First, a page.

What made me think of this phrase was the San Francisco Opera's new commission, "Heart of a Soldier", to be presented on the eve of the 10th anniversary of the September 11 attack on the World Trade Center.
The opera was set to music by Christopher Theofanidis to Donna di Novelli's libretto, which was in turn based on James Stewart's book of the true story of Rick Rescorla.
SFOpera's website summarized the opera thus:
What makes a hero? The question was never an academic one for Rick Rescorla, a British-born adventurer who fought in Vietnam before settling in New York as head of security for a brokerage firm based in the World Trade Center. On September 11, 2001, his extraordinary courage and calmness in a crisis paid off: Rescorla led all of the 2,700 people under his care to safety—literally singing them down the stairs—before heading back into the burning building for one last check. He never emerged.The opera covered vast ground - not only Rick Rescorla's heroic deeds on that fateful day, but also his long friendship with Dan Hill who served with him in Vietnam and helped to devise an evacuation plan for Rescorla's company in World Trade Center, and Rescorla's late found love with Susan.
The creative team argued that this is not just a hero's story, but intense love story. I sincerely believe that all three strands - hero's growth and deeds, friendship and love are interesting in their own rights, but however I examine the story and the synopsis on SFOpera's website, I see them as separate strands. They hardly mingle. They refuse to merge.
Not once the friendship endangered or strengthened the love, or vice versa. The love between Rick and Susan did not interfere with his duty, nor facilitated it. The only connection was the joint effort of Dan and Rick's effort to create an evacuation plan but then Dan had largely remained in the background on the final day of Rick.
Therefore, I became suspicious of the over-reaching of the librettist.
San Francisco Chronicle reported this:
Stewart, an amateur pianist himself, heard about the opera project from director Francesca Zambello.It seemed to me that the inclusion of so many events only made the opera episodic without much focus. The love story here seems to me just as (ir)relevant to that in John Adams' Doctor Atomic, another San Francisco Opera commission, which was meandering, tedious and lacked confrontation, struggle and drama, a fault should be squarely put on the librettist's shoulders. In that opera, there was long love scene between Dr. Oppenheimer and his wife, touching but entirely dispensable. There was no competing, conflicting motivations.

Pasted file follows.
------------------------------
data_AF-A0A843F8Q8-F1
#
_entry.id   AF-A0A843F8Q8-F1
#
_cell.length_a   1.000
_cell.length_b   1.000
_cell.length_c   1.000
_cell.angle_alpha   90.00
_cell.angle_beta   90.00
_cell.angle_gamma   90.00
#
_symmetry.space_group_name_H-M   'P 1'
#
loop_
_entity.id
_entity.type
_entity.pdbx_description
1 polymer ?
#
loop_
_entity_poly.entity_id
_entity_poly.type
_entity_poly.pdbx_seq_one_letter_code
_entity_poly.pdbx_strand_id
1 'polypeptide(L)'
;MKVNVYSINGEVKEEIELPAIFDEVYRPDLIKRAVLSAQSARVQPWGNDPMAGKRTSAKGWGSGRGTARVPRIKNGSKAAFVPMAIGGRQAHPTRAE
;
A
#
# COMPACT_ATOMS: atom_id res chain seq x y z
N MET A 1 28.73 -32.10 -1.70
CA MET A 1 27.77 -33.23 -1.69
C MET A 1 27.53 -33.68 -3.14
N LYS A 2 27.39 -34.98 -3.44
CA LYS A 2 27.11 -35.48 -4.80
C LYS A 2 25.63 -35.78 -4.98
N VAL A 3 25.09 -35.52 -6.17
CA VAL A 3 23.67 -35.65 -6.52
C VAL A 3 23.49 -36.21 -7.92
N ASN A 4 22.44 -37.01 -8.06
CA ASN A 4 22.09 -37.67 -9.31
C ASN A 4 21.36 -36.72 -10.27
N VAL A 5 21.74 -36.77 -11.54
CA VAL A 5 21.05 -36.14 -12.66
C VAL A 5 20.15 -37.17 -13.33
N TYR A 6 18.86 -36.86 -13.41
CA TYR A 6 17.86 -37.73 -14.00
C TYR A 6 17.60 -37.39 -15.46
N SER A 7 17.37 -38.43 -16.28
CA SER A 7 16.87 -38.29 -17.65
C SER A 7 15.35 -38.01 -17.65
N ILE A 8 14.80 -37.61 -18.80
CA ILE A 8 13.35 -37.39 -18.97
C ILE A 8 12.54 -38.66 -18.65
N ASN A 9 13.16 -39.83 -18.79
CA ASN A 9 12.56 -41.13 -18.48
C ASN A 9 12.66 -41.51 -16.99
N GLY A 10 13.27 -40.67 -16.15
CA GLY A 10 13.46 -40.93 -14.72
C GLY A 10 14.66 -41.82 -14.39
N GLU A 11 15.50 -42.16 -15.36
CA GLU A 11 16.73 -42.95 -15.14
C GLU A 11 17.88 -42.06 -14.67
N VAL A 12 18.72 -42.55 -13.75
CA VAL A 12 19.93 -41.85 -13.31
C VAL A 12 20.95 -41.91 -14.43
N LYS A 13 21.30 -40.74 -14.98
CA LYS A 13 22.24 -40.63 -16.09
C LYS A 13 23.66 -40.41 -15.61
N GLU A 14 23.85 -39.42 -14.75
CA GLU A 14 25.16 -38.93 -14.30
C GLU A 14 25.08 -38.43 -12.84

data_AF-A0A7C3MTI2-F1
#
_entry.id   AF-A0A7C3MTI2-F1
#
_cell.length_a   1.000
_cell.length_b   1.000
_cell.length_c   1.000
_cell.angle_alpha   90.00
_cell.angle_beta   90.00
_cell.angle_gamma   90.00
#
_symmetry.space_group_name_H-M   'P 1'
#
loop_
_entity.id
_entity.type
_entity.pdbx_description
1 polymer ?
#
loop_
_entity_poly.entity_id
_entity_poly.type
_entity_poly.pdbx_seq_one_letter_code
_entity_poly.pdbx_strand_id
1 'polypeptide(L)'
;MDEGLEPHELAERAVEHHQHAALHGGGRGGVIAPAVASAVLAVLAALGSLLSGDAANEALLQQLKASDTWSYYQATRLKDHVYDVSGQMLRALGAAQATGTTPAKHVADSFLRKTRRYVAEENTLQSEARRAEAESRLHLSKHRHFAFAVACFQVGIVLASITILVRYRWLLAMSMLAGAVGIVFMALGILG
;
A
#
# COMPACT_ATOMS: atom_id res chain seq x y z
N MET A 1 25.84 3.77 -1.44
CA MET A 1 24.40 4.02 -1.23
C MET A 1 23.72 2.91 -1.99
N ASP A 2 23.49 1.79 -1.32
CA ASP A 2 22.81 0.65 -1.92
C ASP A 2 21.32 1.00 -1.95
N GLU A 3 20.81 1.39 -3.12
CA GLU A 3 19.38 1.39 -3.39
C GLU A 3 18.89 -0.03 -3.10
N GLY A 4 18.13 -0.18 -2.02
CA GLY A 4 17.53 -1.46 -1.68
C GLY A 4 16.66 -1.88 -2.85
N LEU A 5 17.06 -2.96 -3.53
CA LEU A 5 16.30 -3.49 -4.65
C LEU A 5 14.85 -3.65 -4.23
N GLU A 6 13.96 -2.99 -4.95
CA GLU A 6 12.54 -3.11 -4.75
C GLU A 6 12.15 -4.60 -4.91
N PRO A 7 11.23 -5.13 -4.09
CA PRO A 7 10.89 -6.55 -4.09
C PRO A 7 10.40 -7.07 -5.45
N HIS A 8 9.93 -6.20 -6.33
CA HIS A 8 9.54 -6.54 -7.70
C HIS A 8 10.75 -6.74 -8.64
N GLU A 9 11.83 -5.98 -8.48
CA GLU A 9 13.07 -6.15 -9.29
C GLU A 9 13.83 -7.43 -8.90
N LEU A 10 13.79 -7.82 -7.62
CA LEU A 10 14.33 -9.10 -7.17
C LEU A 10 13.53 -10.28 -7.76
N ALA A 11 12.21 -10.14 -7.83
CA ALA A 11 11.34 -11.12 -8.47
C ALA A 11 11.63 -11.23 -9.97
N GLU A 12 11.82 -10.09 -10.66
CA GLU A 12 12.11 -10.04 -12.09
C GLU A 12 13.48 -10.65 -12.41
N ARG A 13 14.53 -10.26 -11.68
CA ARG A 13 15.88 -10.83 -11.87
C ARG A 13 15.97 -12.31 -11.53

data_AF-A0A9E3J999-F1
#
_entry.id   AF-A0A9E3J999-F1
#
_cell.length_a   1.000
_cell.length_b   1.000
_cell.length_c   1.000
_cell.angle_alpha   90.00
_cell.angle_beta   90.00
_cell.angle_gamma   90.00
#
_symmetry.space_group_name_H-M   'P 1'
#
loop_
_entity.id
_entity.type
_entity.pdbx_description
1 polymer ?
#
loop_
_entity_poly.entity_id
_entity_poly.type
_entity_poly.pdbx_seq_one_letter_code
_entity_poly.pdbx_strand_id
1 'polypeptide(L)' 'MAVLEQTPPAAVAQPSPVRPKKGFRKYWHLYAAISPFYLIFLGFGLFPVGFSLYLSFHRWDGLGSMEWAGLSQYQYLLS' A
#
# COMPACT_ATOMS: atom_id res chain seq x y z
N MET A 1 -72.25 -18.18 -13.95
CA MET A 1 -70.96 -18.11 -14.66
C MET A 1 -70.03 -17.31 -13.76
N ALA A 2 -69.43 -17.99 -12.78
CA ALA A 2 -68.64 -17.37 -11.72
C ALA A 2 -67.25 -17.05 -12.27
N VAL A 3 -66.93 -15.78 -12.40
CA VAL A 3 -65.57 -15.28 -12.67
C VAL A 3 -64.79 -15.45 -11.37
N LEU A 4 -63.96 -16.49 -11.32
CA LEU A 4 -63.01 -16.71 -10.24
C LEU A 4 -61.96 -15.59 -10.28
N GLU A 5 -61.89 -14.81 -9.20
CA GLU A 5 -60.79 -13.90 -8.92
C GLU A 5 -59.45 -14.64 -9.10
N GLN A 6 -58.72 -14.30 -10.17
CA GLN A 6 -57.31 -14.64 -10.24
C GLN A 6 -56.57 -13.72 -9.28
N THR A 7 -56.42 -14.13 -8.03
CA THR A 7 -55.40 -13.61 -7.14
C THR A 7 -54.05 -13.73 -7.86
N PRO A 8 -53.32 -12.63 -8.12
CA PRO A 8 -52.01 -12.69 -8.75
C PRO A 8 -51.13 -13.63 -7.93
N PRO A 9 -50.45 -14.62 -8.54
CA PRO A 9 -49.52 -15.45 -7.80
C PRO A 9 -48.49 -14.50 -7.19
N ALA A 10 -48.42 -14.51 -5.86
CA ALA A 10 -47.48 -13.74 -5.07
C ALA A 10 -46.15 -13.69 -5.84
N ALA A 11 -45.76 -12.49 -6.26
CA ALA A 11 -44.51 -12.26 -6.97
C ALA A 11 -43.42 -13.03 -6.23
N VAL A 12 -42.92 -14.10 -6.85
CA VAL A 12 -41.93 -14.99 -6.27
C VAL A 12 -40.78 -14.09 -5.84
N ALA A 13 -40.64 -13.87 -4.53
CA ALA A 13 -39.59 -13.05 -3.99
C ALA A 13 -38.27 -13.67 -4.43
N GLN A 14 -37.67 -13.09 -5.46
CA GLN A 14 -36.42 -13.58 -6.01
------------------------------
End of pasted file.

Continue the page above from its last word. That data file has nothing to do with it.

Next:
"I'm not an opera fanatic, but I have a subscription to the Metropolitan Opera and I do love music. And I started thinking, 'If this was "La Bohème," what would the acts be?' Suddenly it didn't seem so far-fetched."
When he saw DiNovelli's libretto, Stewart says, he was surprised and impressed at how much it included. "In my 'Bohème' version I'd had to cut a lot of the story out. I'd given up the whole Africa section, and Rick's childhood experiences on D-Day. But she got all that in there."
If love is to be included, it ought to have purpose. People sneered at the improbability of the plot in Verdi's Il Trovatore, but it presented easy-to-grasp emotional motivations and competing love, and the love interest caused calamity, therefore, we had a riveting theater. His Don Carlos had many love interests, often competing, and each of these propelled the march of the drama. Not so in the cases of Doctor Atomic or Heart of a Soldier.
My biggest misgiving regarding Heart of a Soldier is that there is no clear dramatic arc and no coherent dramatic situation. Take the friendship between Rick and Dan, which the opera's instigator and director Francesca Zambello had compared to the Greek tragedy-Orestes and Pylades. However, Pylades and Orestes were vying to be sacrificed so their friend could live, while there was no such conflict existed in this new opera. The comparison doesn't stand.
Ultimately, all those three strands compete with one another and the sum would come out less than parts. Such was the case with Doctor Atomic - despite its masterful orchestral music and one powerful aria, it was a very boring night at theater.
For a ruminating opera, only Wagner managed to succeed with his hypnotically chromatic writing. As for the music we are to have, we can get a glimpse from what Opera News reported that San Francisco Opera's general director David Gockley wanted "a legitimate composer, one with 'a big emotional sweep, who's not afraid to write a popular melody but still can deal with a big arc and complexity and breadth.'"
I hope that Mr. Theofanidis will succeed. But if the opera does falter due to lacking of a coherent dramatic curve, it can at best offer colorful music episodes, some blinding color bursts, which were not enough. Ever pessimistic, I'm dreading this cinematic stirring sweep already.
Gockley had a strong record of presenting new operas. But most of them are non-threatening, sleek but without a strong dramatic or aural profile. Gockley, Zambello and Theofanidis had all worked at Houston before. I'm afraid some less inbreeding might have brought much more fresh ideas and intellect into any new enterprises. Sometimes, it is much more rewarding to work with someone who's not always readily to agree with you. Beside, Gockley cannot keep giving us Gershwins, Barbers or Menotis; we need some Bergs, Schoenbergs or Bartóks!
--> A Wasted Opportunity - on San Francisco Opera's New Commission "Heart of A Soldier"
--> World Premiere Opera "Heart of A Soldier" and What Is a Tragedy
--> San Francisco Opera's New Commission - Heart of a Soldier